Trump travel ban raises concerns among Haj pilgrims
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Trump travel ban raises concerns among Haj pilgrims

DONALD TRUMP proved a conversation starter even at the holiest of sites for Muslims, Reuters reported.

Muslim pilgrims from the world over thronged Saudi Arabia’s Mecca for the annual haj last weekend and the controversial US president and his policies that target Muslims and immigrants were a regular conversation topic.

“People are irritated, angry, sombre, a little bit worried,” said Yasir Qadhi, an Islamic scholar who traveled from Tennessee for his 14th pilgrimage.

“No one that I know is happy [with] the current circumstances or the current administration. No one, not a single person in this entire gathering.”

SEE ALSO: Trump’s immigration ban is a humanity issue, not a Muslim one


View from a plane window shows Muslims as they pray at the Grand mosque during the annual Haj pilgrimage. Source: Reuters

Meanwhile, Malaysian pilgrim Abdul Azim Zainul Abideen said the US president should stop what he called his attacks on Islam.

“We don’t have anything against any Americans or non-Muslims,” he told Reuters.

His sister, 27-year-old Anisa, said she was worried by reports of an uptick in violence against Muslims in the US “just because of wearing hijab (headscarf) in the streets or just because you have a beard”.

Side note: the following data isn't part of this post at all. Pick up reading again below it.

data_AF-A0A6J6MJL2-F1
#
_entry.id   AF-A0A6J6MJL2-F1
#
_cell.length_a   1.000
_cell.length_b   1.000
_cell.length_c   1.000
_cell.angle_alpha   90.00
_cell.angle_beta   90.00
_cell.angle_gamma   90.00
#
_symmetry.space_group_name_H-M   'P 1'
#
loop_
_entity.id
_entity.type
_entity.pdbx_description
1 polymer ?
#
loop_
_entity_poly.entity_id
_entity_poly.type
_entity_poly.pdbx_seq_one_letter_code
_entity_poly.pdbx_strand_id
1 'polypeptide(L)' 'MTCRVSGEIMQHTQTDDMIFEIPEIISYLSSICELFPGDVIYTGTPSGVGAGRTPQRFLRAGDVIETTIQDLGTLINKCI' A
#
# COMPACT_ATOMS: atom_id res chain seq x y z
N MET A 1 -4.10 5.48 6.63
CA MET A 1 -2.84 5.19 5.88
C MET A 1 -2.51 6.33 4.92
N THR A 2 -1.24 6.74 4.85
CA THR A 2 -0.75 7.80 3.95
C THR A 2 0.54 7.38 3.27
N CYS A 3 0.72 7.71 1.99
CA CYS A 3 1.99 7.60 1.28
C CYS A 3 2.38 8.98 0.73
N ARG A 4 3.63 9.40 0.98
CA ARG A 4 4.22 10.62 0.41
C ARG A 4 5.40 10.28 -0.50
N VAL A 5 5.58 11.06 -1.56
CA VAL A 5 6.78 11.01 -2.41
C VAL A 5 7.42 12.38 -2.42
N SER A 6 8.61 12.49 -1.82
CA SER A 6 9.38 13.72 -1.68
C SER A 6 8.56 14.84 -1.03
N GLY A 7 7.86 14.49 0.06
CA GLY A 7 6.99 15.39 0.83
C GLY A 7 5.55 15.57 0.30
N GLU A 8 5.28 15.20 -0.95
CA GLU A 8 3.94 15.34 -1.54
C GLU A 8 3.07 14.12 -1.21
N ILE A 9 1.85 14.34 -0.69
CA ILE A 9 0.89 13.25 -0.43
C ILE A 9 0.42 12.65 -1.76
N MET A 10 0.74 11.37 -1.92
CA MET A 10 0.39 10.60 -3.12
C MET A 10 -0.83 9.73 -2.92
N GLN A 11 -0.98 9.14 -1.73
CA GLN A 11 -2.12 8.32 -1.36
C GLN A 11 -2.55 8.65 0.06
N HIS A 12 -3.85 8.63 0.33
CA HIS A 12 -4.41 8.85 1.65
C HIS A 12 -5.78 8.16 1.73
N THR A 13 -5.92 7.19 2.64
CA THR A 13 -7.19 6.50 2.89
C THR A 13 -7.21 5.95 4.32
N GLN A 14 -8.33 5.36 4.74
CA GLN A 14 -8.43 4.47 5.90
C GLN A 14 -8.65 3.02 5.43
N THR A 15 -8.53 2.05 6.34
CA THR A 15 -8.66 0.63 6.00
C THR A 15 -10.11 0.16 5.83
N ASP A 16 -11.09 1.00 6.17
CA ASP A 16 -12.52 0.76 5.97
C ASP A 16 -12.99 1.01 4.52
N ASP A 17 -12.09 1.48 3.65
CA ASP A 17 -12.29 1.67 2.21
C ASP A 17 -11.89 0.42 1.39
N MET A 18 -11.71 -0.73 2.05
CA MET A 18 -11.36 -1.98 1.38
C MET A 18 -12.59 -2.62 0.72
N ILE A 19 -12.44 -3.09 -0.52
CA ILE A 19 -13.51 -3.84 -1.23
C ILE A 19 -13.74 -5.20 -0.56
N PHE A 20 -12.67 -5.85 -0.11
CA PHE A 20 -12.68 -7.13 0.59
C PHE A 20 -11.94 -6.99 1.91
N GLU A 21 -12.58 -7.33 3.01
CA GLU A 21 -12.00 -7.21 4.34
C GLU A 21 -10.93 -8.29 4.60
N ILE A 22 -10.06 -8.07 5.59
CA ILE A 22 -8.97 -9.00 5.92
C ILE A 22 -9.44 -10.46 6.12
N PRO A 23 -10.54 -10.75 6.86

During his presidential campaign, Trump famously proposed barring Muslims from entering the US. When he took office, he wasted no time in implementing temporary bans on people from several Muslim-majority countries, which have since been blocked by courts that ruled they were discriminatory.


Muslim pilgrims gather stones to be used to throw at marks symbolising the Devil during the annual haj pilgrimage. Source: Reuters

His administration has denied any intention of religious discrimination in the travel ban, saying it is intended purely as a national security measure.

Many American Muslims say his stance has fueled an atmosphere in which some may feel they can voice prejudices or attack Muslims without fear of retribution.

SEE ALSO: Trump’s refugee order triggers protests across Australia

The haj, a five-day ritual which retraces the journey the Prophet Mohammad took 14 centuries ago, is a religious duty for every able-bodied Muslim who can afford it.

Between two and three million Muslim pilgrims travel to Mecca every year to perform the haj; it is the world’s largest annual Muslim gathering.

Additional reporting by Reuters

**This article first appeared on our sister site Travel Wire Asia

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